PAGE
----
The mandate to “stay at home” used widely across the USA and many European countries to mitigate security, has ironically increased the risk of domestic violence for those with abusive partners. This is especially true for victims of domestic violence, with low income and ethnic minority women being more vulnerable.
In addition, there are many other factors caused by the pandemic that have added barriers to their protection.
For example, Kofman and Garfin state: “Although it is the case that many DV [Domestic Violence] victims might utilize text and hotlines to get help under normal circumstances, being in close and constant proximity to violent partners might make it nearly impossible for many to do so during stay-at-home orders. Thus, many might not call for help until violence has escalated to the point that they necessitate 911 service calls.”
The scholars point out that this increase in domestic violence may result from pre-existing social and systemic problems that can reach critical levels under conditions of stress and uncertainty. This condition has also been observed in other disaster situations, such as during or after hurricanes, earthquakes, floods, and oil spills.
However, while the current pandemic shares some similarities with other disasters, Kofman and Garfin highlight the crucial paradox for those at risk: “If they decide or are forced by their partners to stay at home, they risk being subjected to or aggravating violence. If they are able to leave, they risk exposure to a highly infectious and dangerous virus.”
Indeed, it is generally recognised that the most dangerous time for a victim of an abusive relationship is immediately after leaving the relationship, as the risk of serious physical harm, injury and homicide is particularly high.
In addition, due to the exceptional situation caused by Covid-19, finding refuge in one of the shelters is not so easy – or safe.
Many of these centres, due to implementing social distancing guidelines, are either just nearing or at their capacity and lacking in resources. This means some centres can only accommodate victims for short periods, and in a time when hotel vouchers are unavailable, this increases their risk of returning to a violent partner.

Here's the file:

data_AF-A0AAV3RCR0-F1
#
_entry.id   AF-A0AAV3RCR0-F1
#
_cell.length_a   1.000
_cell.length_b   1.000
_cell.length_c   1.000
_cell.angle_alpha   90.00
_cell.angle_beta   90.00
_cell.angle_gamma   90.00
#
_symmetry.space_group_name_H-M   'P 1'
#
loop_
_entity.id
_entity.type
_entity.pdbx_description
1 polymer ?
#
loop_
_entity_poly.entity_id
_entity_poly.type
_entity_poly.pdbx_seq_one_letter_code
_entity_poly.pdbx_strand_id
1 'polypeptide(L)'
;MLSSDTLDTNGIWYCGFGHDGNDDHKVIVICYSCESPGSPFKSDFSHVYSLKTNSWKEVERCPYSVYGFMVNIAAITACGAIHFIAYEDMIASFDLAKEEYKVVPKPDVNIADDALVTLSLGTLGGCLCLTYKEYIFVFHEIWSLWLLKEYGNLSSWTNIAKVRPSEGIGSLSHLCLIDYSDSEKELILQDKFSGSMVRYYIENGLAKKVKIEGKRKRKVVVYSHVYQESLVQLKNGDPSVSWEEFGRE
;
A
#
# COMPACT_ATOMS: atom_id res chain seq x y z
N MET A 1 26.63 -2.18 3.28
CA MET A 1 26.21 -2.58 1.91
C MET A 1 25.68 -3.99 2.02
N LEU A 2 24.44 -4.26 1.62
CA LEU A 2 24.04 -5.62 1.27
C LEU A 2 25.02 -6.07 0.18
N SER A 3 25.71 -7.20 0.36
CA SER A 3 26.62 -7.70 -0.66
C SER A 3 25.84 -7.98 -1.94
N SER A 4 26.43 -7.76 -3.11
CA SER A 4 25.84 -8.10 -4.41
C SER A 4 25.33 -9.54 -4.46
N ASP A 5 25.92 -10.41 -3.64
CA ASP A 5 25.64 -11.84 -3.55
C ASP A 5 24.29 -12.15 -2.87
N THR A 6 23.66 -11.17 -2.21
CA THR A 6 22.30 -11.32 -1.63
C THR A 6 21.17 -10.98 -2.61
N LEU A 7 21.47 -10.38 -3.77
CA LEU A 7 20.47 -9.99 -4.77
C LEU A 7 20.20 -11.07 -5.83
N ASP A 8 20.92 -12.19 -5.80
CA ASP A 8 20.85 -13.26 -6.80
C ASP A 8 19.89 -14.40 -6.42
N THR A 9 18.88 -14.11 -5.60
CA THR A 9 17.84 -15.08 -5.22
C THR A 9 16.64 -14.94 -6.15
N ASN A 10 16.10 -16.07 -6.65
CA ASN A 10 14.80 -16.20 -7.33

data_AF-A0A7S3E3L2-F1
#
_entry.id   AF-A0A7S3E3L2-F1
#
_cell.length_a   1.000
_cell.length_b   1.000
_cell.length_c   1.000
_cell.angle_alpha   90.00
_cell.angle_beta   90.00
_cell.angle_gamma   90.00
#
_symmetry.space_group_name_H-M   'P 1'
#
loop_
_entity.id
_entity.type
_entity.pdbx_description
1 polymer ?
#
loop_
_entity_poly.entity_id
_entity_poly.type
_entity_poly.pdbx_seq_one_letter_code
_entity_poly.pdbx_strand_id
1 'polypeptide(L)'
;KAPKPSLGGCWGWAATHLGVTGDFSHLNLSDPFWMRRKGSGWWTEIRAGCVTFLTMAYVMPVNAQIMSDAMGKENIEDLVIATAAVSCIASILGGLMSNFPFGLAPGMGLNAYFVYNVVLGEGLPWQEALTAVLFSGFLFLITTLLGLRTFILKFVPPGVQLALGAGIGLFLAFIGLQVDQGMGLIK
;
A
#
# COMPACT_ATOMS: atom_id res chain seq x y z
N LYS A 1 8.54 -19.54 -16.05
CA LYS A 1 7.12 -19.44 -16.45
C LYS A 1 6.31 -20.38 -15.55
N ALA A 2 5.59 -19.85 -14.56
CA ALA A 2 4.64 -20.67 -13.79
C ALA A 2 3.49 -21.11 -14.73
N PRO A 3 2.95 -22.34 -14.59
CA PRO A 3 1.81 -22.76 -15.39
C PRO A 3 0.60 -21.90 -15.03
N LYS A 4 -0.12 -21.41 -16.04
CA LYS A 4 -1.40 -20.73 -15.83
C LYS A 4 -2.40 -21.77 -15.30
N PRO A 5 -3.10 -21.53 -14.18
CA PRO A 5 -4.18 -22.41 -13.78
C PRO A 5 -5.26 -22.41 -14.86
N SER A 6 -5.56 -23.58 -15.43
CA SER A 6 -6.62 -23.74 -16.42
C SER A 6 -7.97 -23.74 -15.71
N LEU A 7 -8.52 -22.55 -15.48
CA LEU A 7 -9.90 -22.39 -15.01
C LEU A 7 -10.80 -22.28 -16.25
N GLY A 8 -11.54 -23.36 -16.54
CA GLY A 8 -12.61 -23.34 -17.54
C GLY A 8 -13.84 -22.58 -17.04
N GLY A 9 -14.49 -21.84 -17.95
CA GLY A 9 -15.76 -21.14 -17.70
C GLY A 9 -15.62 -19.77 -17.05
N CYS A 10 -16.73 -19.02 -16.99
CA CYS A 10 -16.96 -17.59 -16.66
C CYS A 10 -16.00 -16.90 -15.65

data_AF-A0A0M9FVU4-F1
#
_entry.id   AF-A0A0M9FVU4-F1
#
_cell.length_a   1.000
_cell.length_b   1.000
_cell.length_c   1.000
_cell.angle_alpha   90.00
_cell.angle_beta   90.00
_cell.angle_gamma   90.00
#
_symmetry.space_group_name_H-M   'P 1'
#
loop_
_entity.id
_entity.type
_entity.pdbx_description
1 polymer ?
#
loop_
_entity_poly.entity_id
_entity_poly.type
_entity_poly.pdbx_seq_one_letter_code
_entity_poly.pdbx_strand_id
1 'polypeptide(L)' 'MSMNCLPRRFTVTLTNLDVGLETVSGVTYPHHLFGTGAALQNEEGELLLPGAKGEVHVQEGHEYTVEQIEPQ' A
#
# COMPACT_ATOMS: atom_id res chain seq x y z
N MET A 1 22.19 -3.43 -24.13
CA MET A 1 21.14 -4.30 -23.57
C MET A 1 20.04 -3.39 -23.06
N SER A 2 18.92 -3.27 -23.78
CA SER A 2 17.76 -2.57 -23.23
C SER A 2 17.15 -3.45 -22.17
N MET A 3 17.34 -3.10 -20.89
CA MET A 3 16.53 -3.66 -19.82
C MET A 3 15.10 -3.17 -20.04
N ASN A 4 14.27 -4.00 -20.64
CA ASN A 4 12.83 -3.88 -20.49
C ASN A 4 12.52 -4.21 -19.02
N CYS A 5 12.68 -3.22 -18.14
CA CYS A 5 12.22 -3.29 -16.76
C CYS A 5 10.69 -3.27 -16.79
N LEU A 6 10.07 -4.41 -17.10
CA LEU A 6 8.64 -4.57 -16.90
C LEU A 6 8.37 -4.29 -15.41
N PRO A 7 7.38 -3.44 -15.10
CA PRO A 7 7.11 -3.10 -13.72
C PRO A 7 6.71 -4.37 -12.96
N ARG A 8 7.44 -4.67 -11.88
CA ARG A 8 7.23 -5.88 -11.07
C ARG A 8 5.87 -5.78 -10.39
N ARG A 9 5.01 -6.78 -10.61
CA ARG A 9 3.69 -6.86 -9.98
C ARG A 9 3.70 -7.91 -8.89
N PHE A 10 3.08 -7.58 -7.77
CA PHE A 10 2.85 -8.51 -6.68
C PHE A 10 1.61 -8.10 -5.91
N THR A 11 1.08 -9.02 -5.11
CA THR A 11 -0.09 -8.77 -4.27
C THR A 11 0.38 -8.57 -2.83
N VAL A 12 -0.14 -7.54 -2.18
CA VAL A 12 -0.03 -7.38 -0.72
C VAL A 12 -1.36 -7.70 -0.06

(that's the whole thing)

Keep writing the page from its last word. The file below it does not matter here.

The scholars stress that it is more important than ever to commit appropriate funds and resources for victims and survivors (but also for centres, shelters and agencies), as waves of domestic violence will continue and possibly increase even after the end of this pandemic.
Particularly from a psychological point of view, this violence could lead to numerous consequences for its victims, such as post-traumatic stress disorder, which is linked to other psychological disorders such as depression and anxiety, and physical disorders such as pain and gastrointestinal and respiratory problems.
Kofman and Garfin point out that for the United States, the National Resource Center for Domestic Violence has compiled detailed guidelines and recommendations to counter this epidemic of domestic violence. They suggest implementing these measures at the local, state and national level in order to effectively protect victims not only in the present but also from the inevitability of future disasters or pandemics.
In conclusion, I think it is more necessary than ever to plan for the plurality of consequences that this virus has on global society. It is essential to begin planning for concrete preventative measures that counter domestic violence, applicable both during this pandemic and for the immediate future.
This virus may be a turning point in redefining global society. But for better or for worse? That depends on whether words are followed by deeds.